- the common cavity into which the intestinal, urinary, and generative canals open in birds, reptiles, amphibians, many fishes, and certain mammals.
- a similar cavity in invertebrates.
- a sewer, especially an ancient sewer.
Origin of cloaca
Examples from the Web for cloacae
He pointed to a hole in the ground, which resembled those that led down to the cloacae.Historical Miniatures
- a cavity in the pelvic region of most vertebrates, except higher mammals, and certain invertebrates, into which the alimentary canal and the genital and urinary ducts open
- a sewer
Word Origin and History for cloacae
1650s, euphemism for "underground sewer," from Latin cloaca "public sewer, drain," from cluere "to cleanse," from PIE root *kleue- "to wash, clean" (cf. Greek klyzein "to dash over, wash off, rinse out," klysma "liquid used in a washing;" Lithuanian šluoju "to sweep;" Old English hlutor, Gothic hlutrs, Old High German hlutar, German lauter "pure, clear"). Use in biology, in reference to eliminatory systems of lower animals, is from 1834. Related: Cloacal (1650s); cloacinal (1857).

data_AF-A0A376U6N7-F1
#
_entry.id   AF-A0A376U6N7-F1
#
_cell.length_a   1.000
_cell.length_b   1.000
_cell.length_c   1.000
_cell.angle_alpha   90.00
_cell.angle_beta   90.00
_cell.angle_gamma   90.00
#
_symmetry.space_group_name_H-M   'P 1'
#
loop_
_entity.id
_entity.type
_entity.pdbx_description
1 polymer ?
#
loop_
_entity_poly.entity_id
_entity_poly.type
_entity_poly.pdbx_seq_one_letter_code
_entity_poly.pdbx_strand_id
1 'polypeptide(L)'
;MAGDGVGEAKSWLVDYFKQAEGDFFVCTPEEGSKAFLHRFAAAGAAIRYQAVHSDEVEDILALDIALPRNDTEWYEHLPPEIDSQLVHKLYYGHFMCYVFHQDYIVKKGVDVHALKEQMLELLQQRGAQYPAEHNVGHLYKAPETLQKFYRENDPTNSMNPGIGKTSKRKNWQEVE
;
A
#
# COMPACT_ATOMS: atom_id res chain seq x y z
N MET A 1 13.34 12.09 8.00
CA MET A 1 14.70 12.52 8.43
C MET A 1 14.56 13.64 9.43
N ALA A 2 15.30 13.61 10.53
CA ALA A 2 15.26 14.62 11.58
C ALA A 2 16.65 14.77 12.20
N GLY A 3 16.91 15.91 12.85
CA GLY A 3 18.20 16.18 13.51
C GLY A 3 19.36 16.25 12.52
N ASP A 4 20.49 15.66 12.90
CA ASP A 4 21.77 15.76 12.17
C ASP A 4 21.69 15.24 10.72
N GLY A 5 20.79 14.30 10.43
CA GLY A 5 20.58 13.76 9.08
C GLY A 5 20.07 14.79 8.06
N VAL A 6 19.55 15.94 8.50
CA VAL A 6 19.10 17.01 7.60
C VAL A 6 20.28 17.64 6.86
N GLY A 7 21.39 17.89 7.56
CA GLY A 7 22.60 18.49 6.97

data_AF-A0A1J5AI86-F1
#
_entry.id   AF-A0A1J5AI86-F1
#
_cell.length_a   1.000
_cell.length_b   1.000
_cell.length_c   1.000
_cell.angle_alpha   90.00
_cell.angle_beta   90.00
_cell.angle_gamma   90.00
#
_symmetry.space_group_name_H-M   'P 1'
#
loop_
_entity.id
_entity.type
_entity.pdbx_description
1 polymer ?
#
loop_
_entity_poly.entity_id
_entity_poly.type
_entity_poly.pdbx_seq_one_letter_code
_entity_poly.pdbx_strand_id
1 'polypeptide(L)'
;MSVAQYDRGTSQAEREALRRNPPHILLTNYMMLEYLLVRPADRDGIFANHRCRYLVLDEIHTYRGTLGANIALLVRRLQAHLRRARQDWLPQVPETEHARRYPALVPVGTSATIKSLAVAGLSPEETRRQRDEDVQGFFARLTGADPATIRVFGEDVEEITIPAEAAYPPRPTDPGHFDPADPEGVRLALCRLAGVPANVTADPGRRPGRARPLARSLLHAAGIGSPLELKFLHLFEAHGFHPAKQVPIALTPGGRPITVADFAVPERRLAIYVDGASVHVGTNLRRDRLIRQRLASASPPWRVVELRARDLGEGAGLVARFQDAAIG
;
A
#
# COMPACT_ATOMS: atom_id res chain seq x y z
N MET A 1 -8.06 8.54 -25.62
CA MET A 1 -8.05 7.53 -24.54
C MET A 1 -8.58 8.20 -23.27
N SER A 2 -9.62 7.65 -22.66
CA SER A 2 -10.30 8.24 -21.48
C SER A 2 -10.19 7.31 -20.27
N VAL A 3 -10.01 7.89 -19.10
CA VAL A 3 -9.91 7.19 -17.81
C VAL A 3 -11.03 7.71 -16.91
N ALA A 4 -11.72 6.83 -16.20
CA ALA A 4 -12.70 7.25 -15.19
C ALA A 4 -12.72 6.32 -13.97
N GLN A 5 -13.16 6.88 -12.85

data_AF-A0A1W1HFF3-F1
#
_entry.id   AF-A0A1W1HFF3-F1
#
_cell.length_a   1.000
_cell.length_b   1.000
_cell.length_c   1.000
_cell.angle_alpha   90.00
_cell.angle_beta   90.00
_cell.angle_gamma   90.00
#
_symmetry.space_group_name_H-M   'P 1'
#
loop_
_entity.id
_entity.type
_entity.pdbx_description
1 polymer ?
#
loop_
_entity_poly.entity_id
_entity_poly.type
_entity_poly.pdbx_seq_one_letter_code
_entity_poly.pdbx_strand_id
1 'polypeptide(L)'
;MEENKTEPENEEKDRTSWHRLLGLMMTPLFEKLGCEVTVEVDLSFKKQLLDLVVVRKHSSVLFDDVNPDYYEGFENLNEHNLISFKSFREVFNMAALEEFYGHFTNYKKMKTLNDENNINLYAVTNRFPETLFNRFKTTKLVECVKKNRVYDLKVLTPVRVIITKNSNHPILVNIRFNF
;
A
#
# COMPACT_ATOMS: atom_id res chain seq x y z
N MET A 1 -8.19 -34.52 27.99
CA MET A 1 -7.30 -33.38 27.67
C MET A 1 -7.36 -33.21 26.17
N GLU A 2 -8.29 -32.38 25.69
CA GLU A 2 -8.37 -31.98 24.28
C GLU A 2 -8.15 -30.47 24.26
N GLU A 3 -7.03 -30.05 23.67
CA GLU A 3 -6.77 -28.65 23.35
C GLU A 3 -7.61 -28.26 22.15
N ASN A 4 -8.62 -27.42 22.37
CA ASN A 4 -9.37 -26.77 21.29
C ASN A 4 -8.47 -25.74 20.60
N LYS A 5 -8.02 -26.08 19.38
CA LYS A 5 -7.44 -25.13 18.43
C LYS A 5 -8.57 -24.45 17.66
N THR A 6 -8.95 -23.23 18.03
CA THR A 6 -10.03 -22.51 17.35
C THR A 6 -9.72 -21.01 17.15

- In early embryos, the entodermally lined chamber into which the hindgut and allantois empty.
- The common cavity into which the intestinal, genital, and urinary tracts open in vertebrates such as fish, reptiles, birds, and some mammals.
- An opening in a diseased bone containing a fragment of dead bone.
- The body cavity into which the intestinal, urinary, and genital canals empty in birds, reptiles, amphibians, most fish, and monotremes. The cloaca has an opening for expelling its contents from the body, and in females it serves as the depository for sperm. Also called vent
- See vent.